REACHit at this point is purely integrated with Microsoft’s Cortana in Windows 10, and there is no other option for running a search or external API access. Lenovo expects REACHit to be available at the Windows 10 launch for Lenovo machines only, and is currently opening sign-ups for the private beta at Cortanareachit.com

Source: Lenovo

Blizzard Releases Overwatch Gameplay Video Ahead of E3

Subject: General Tech, Shows and Expos | May 27, 2015 - 08:33 PM |
Tagged: overwatch, E3 2015, E3, blizzard

Various companies have begun teasing what we might see at this year's E3 expo. Blizzard has not historically had a big presence at the event, though. With the size and scope of Blizzcon, the company usually saves it announcements for then. In fact, I cannot think of a single, non-trivial thing that Blizzard did at E3 since the expo downsized after E3 2006.

This year, on the other hand, Blizzard will be present at AMD and PC Gamer's E3 show. The recent Overwatch previews could be leading up to this event, which takes place three weeks from yesterday. The recent video that I embed above, Tracer, is pretty interesting too. It shows how useful a light assault player could be if they don't obey the space-time continuum. The last two-thirds of the video show off an impressive kill streak.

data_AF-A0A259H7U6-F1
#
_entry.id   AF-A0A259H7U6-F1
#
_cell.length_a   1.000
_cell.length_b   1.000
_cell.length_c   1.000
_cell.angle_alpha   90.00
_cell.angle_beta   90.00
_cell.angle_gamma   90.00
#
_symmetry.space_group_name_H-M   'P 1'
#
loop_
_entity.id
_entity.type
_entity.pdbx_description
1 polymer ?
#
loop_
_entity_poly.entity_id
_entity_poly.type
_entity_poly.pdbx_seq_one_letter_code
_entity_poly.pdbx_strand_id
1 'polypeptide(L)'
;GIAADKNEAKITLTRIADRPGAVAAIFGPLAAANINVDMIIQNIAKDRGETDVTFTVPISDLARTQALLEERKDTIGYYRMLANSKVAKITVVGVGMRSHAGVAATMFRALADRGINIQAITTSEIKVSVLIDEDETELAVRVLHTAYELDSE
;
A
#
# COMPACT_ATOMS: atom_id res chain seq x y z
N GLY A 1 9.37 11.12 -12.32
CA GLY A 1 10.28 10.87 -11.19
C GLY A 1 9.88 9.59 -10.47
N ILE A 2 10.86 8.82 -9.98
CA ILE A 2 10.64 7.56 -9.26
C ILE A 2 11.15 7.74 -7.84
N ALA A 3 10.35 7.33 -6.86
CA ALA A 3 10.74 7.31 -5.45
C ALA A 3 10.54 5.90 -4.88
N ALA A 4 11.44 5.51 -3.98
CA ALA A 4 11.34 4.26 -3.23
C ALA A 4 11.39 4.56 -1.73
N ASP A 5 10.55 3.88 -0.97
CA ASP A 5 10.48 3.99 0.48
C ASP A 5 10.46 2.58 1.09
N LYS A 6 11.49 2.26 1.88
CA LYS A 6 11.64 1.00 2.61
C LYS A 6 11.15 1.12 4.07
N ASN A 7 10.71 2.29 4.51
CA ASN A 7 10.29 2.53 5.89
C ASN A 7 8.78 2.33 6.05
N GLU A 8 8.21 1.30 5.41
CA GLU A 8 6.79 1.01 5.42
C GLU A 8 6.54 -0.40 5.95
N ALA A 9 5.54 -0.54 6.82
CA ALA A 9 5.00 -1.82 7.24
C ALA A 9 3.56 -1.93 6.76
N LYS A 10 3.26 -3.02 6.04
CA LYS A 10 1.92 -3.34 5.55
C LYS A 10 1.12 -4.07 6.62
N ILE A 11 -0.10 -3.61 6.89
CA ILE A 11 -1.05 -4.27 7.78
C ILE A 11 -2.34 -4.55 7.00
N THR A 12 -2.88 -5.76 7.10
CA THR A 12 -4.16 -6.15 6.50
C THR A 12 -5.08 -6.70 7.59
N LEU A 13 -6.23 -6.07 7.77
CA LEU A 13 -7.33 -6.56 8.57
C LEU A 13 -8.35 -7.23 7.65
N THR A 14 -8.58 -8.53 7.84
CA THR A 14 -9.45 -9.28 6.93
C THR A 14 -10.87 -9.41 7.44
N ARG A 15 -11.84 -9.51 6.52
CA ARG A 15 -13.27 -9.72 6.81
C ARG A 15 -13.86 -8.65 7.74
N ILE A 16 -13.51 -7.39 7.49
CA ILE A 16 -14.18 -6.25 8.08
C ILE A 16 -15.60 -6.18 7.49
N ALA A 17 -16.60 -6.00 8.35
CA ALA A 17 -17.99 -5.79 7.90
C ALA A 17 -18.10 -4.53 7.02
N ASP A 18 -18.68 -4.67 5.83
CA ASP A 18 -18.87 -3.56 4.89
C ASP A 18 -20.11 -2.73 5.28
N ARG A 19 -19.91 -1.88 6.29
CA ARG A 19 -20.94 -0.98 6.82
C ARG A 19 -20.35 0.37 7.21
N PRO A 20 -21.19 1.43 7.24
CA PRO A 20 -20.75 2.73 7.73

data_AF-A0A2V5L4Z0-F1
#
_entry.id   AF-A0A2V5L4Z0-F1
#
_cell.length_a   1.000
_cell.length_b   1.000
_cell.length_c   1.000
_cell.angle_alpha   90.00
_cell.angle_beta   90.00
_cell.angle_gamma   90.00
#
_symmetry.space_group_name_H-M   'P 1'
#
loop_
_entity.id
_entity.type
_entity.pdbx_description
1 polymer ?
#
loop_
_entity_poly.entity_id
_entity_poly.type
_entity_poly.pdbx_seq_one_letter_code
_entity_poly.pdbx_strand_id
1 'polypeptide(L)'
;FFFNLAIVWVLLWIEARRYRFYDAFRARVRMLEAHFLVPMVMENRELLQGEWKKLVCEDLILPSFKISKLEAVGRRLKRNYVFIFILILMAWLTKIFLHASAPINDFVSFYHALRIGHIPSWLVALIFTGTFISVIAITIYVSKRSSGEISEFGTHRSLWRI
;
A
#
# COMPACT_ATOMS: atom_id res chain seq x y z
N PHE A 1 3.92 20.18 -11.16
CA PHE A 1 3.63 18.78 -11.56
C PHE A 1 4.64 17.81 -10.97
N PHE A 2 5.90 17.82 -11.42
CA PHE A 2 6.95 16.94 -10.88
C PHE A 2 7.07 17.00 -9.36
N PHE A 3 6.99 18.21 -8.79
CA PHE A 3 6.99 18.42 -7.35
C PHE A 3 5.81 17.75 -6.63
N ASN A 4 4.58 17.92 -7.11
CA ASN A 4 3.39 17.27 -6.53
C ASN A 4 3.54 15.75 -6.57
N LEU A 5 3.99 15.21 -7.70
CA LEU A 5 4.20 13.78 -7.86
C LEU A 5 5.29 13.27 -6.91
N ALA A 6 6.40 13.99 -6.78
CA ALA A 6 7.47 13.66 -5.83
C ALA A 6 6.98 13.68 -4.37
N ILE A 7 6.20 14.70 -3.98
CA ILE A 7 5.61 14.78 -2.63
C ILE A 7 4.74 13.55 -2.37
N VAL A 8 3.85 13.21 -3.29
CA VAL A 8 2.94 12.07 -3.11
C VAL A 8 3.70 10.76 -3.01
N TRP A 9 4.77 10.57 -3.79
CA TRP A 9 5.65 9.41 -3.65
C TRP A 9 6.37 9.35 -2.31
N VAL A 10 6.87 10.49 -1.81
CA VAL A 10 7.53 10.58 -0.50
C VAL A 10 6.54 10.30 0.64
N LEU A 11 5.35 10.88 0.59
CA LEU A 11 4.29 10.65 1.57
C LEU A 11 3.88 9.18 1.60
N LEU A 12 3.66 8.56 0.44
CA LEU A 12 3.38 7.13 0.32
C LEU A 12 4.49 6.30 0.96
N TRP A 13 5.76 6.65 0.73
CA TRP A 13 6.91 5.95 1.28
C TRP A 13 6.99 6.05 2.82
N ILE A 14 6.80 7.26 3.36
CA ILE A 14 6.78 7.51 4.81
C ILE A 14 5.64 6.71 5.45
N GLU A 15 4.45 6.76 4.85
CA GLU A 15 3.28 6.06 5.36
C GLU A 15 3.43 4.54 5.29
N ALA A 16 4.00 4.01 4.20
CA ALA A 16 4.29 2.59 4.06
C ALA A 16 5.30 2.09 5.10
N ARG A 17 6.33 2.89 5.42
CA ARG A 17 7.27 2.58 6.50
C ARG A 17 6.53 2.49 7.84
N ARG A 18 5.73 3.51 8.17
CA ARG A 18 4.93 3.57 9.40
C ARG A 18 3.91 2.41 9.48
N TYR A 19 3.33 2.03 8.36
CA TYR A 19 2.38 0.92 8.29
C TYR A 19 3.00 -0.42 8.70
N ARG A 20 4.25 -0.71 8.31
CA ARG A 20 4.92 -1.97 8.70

Again, expect more E3 coverage leading up to the Expo on June 16th.

Source: Blizzard

One last look at GTAV graphics settings

Subject: General Tech | May 27, 2015 - 01:30 PM |
Tagged: gaming, GTAV, VLAN party

[H]ard|OCP is concluding their series on GTA V graphical settings with a look at various anti-aliasing technologies and shadowing options. Their testing shows that TXAA has a much greater effect on textures than FXAA but that change is not necessarily a good thing for your textures.  MSAA is not only less than effective in the game but also comes with a performance hit that makes it a rather unattractive option except in certain situations.  They also cover AMD CHS and NVIDIA PCSS soft shadow technologies and the visual effects that high resolution shadows provide.  If you are still tweaking your GTA V settings then head over to check the review out.